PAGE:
Hellena also breaks the code of honor by relying heavily on deception, specifically, by disguising herself as a man. Deception is involved throughout the play and Hellena’s disguise is a means of hiding her identity and, thus, liberating her from the restrictions placed on it by a patriarchal society. The ideal woman of this period would certainly never break her code of honor by defying the authority of a male, but Hellena not only breaks the code, she proves to be an equal wit to the most outspoken man in the play — Willmore.

The third point regards the traditional role of females. This point encompasses the first two that we have looked at, but it also serves to put an exclamation point on one of the main themes of the play. With the rebellion of Hellena, Behn is resisting the double standard applied to women as well as the idealization of what a “proper” woman should be.

A good place to start would be to point out that Angelica Bianca is introduced as a second foil to Hellena. This may be difficult to see at first because, as a prostitute, Angelica certainly falls outside the guidelines of an ideal or a proper woman. But on closer examination, the contrast will come to light.

Angelica has vowed that “nothing but gold shall charm my heart”. In declaring this, she has suppressed her natural desires in order to market herself as a prostitute. Romantic love, in the traditional sense, is not a possibility for a woman whose identity is defined and devalued as a prostitute. This is why she must attempt to cast aside the identity imposed on her when she begins to fall in love with Willmore. As long as she is locked into the stigma that goes along with prostitution, she will never be able to pursue her “natural” desires. Likewise, Florinda’s natural desires are also held captive by her idealized maidenhood. By showing the limits on self-expression and sexuality in the female identities, the “unnaturalness” of these roles are revealed, whether it be nun, maid, or prostitute.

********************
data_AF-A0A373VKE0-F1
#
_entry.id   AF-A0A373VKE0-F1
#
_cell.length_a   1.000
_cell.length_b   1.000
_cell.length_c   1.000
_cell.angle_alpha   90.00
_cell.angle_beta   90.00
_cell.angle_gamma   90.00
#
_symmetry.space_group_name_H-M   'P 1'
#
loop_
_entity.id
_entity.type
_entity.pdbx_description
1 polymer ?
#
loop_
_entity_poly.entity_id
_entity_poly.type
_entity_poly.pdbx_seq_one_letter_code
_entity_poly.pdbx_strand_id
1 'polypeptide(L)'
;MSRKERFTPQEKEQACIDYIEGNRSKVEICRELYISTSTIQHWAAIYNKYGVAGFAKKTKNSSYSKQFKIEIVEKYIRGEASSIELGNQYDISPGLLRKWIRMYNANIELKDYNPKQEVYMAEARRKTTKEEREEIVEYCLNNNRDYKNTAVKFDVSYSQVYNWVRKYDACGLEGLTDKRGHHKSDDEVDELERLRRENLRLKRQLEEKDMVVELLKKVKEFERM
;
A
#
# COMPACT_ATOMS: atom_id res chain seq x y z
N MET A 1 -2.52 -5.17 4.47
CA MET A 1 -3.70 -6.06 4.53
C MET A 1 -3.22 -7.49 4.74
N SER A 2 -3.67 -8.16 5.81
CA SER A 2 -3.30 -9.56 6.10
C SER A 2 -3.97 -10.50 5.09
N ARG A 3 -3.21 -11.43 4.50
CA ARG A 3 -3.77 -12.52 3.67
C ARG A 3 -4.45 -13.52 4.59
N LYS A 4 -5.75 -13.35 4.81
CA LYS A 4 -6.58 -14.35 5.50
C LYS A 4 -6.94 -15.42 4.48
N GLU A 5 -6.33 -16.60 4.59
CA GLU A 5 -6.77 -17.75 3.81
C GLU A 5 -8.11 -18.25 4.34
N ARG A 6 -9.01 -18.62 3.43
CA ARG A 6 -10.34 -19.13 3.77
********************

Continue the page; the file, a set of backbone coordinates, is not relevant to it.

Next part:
When Hellena steps out of the traditional female stereotype of her day, her contrast with the other two women comes to fruition. Instead of being jealous of finding Willmore with another woman, Hellena teaches him a lesson by matching him in wit and beating him at his own game. In this way, she stands in direct opposition with Angelica who, because of her jealousy, threatens Willmore’s life. Angelica has physical beauty, but Hellena has that plus wit and humor to match Willmore’s.

In conclusion, we have examined how Hellena rebels against her brother and the nunnery in order to avoid being controlled. We have also seen how her rebellion against the conventional honor expected from women of her era not only liberates her from restrictions, but ultimately wins her the title character himself. And finally, we have explored how her rebellion against traditional female roles places her in contrast with the other women and yields a positive result. As the female characters push at the boundaries of identity allotted to them, we come to see that a woman’s nature is not contained within a label, whether it be nun, prostitute, or maid. However, Behn does show that living “happily ever after” in a patriarchal society is not an easy task, and it is only Hellena’s courage to rebel that makes it possible.

Source by Rick L. Huffman